The Scene at Adam Yauch’s Park-Naming Ceremony

Amos Barshad Adam Yauch Park

Tomorrow, it’ll be a year to the day that Adam Yauch passed away. This morning, at a park in Brooklyn just blocks from where Yauch grew up, his family and friends honored him in a very special way. The former Palmetto Playground — a tiny little slice of green tucked away from the honking trucks and screeching traffic of the BQE — will now, and forevermore, be known as Adam Yauch Park.

The ceremony took place at 11 a.m. this morning, with Adam “Ad-Rock” Horovitz and Yauch’s parents in attendance. A program was handed out, which explained that Yauch “grew up in Brooklyn Heights, on State Street, and learned to ride a bicycle in this park that will now bear his name.”

First, local government officials spoke. Adrian Benepe, the former NYC Parks Commissioner, got real, talking about how first kids come to parks to play — and then, when they’re a little older, they come to “do things they wouldn’t at home.” Stephen Levin, a fresh-faced City Council member, gushed about growing up with the Beasties’ music, and about how happy he was to have contributed to the renaming effort. Brooklyn borough president Marty Markowitz babbled about the Brooklyn Nets, happily ignorant that the Knicks are the Beasties’ team. Then Markowitz, a gray-haired sixty-something, rapped. In his artful hands, “An Open Letter to NYC,” the band’s heartfelt ode to a post-9/11 New York, became some doggerel about beating the Bulls. It was pretty awesome, and everyone liked it.

Adam’s mother, Frances, spoke last. She remembered how, after he passed away, there was an international outpouring of love and support. And the response from various friends of her and her husband? “We didn’t know your son was so famous.” Afterward, Frances, Adam, and the others posed in front of the new Adam Yauch Park sign.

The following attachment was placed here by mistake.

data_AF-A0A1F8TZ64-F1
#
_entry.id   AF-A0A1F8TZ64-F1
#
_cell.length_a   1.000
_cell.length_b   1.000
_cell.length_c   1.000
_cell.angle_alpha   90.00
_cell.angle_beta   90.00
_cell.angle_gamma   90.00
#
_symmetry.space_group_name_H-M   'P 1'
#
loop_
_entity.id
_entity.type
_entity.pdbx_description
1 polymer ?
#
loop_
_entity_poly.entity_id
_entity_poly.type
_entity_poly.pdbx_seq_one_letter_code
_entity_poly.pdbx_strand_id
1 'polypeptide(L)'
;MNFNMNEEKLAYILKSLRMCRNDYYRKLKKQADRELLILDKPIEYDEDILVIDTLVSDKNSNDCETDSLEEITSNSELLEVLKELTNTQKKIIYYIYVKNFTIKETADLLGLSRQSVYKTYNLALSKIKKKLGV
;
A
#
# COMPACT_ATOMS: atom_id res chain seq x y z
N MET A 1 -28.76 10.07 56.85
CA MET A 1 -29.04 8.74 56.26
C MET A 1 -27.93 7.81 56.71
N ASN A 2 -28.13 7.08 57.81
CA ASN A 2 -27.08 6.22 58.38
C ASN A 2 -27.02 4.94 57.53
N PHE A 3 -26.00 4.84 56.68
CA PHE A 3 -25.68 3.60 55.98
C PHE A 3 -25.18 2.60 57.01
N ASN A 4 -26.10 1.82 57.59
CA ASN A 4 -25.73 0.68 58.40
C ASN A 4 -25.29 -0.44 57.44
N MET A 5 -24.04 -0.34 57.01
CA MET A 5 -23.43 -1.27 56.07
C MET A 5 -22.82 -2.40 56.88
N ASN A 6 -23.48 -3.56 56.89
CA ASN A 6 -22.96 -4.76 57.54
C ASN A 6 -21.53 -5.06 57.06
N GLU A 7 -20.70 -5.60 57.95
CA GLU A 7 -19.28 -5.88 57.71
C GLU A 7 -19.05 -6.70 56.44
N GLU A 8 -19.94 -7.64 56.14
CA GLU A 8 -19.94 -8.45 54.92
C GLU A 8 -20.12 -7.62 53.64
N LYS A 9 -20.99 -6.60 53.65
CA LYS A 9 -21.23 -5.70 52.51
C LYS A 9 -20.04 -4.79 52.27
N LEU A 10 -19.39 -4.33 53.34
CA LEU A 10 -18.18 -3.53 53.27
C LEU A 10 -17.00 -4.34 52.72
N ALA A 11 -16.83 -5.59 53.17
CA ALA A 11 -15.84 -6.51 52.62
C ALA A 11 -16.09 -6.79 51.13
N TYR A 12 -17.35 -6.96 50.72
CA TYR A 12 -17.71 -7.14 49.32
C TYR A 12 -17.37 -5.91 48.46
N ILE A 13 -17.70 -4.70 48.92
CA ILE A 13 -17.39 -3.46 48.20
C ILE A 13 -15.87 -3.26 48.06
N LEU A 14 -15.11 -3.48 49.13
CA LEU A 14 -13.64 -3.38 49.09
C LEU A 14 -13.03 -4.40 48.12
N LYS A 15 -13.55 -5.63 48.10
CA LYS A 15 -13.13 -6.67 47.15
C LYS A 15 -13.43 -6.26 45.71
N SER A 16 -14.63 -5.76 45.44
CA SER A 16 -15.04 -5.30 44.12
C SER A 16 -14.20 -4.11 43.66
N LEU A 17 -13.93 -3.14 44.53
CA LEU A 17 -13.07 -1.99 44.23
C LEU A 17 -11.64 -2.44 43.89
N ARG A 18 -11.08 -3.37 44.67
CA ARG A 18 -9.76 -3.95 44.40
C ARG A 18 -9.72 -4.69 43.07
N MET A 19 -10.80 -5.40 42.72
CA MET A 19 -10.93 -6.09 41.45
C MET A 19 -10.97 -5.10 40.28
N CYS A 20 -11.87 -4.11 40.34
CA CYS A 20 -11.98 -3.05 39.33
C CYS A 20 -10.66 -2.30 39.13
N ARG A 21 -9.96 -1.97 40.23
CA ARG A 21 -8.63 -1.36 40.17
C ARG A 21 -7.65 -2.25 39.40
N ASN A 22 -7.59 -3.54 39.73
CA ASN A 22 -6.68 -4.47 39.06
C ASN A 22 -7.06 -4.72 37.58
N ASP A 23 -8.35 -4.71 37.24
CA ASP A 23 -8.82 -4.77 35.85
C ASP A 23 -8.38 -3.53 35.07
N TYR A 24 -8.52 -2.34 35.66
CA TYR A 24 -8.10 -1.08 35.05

Ad-Rock at Adam Yauch Park

Ad-Rock spoke as well. He said he was nervous, and then thanked his sister, Rachel, who was sitting off to the side, for all her efforts in renaming the park. She immediately started welling up, and he told her to stop because now she was gonna make him cry. Then he said it was appropriate we were in a park because “like the Wu-Tang Clan, Beastie Boys is for the children.”

He went on to speak, very nicely, about Adam Yauch:

What does it mean to be a New York kid? People come to New York to be themselves, to express themselves, and to be who they wanna be. And although Adam’s mom, Frances, is a New York kid herself, his father, Noel, came to New York to be himself. And together they raised a New York kid, Adam Yauch. And Noel and Frances raised him right. They taught Adam to be curious, thoughtful, kind, and just enough crazy. That craziness that is New York. That New York kinetic energy. It’s musical, artful, and always moving forward. And that’s not only Brooklyn, that’s Adam Yauch. And then Adam and his wife Dechen raised Losel, a New York kid that’s equally talented, curious, and utterly awesome.

In life you don’t get to choose your family. You get what you’re given. I got lucky, ’cause I got given two great sisters and two great brothers. But I got extra lucky because around 1982 I got … two other brothers. Mike Diamond and Adam Yauch. And together our families have grown. I’d like to thank the New York Parks Department and the people of Brooklyn for honoring my friend and brother, and recognizing how cool it is to have an Adam Yauch Park for other crazy New York kids. Thank you.

Sidewalk at Adam Yauch Park

Filed Under: Beastie Boys, We Went there

Amos Barshad has written for New York Magazine, Spin, GQ, XXL, and the Arkansas Times. He is a staff writer for Grantland.

Archive @ AmosBarshad